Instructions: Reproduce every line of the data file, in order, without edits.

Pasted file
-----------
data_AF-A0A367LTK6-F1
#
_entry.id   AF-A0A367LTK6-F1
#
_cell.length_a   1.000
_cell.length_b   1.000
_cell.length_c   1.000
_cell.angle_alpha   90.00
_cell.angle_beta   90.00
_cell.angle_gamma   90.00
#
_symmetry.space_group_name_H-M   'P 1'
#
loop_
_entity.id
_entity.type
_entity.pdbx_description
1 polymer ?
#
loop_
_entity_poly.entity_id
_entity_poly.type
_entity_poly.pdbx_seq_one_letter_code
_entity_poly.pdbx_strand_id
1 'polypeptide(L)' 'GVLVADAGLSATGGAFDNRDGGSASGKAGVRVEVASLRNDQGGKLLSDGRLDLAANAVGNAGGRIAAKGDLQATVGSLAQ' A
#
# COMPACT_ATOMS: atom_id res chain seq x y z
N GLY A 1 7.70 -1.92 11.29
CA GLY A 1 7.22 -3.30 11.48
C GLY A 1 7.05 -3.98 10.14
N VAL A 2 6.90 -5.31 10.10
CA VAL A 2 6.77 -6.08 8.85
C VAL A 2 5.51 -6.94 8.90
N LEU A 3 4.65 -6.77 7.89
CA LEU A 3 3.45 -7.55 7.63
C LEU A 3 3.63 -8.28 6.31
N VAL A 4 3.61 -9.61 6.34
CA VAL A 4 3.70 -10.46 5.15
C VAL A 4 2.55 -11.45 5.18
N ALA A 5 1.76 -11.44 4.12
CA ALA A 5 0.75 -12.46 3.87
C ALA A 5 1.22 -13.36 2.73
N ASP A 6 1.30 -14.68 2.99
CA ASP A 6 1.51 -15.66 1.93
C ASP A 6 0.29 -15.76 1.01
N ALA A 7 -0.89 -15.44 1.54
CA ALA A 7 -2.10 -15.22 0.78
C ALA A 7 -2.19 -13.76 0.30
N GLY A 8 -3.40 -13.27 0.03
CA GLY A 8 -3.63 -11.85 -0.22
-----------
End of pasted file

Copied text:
data_AF-A0A367LTK6-F1
#
_entry.id   AF-A0A367LTK6-F1
#
_cell.length_a   1.000
_cell.length_b   1.000
_cell.length_c   1.000
_cell.angle_alpha   90.00
_cell.angle_beta   90.00
_cell.angle_gamma   90.00
#
_symmetry.space_group_name_H-M   'P 1'
#
loop_
_entity.id
_entity.type
_entity.pdbx_description
1 polymer ?
#
loop_
_entity_poly.entity_id
_entity_poly.type
_entity_poly.pdbx_seq_one_letter_code
_entity_poly.pdbx_strand_id
1 'polypeptide(L)' 'GVLVADAGLSATGGAFDNRDGGSASGKAGVRVEVASLRNDQGGKLLSDGRLDLAANAVGNAGGRIAAKGDLQATVGSLAQ' A
#
# COMPACT_ATOMS: atom_id res chain seq x y z
N GLY A 1 7.70 -1.92 11.29
CA GLY A 1 7.22 -3.30 11.48
C GLY A 1 7.05 -3.98 10.14
N VAL A 2 6.90 -5.31 10.10
CA VAL A 2 6.77 -6.08 8.85
C VAL A 2 5.51 -6.94 8.90
N LEU A 3 4.65 -6.77 7.89
CA LEU A 3 3.45 -7.55 7.63
C LEU A 3 3.63 -8.28 6.31
N VAL A 4 3.61 -9.61 6.34
CA VAL A 4 3.70 -10.46 5.15
C VAL A 4 2.55 -11.45 5.18
N ALA A 5 1.76 -11.44 4.12
CA ALA A 5 0.75 -12.46 3.87
C ALA A 5 1.22 -13.36 2.73
N ASP A 6 1.30 -14.68 2.99
CA ASP A 6 1.51 -15.66 1.93
C ASP A 6 0.29 -15.76 1.01
N ALA A 7 -0.89 -15.44 1.54
CA ALA A 7 -2.10 -15.22 0.78
C ALA A 7 -2.19 -13.76 0.30
N GLY A 8 -3.40 -13.27 0.03
CA GLY A 8 -3.63 -11.85 -0.22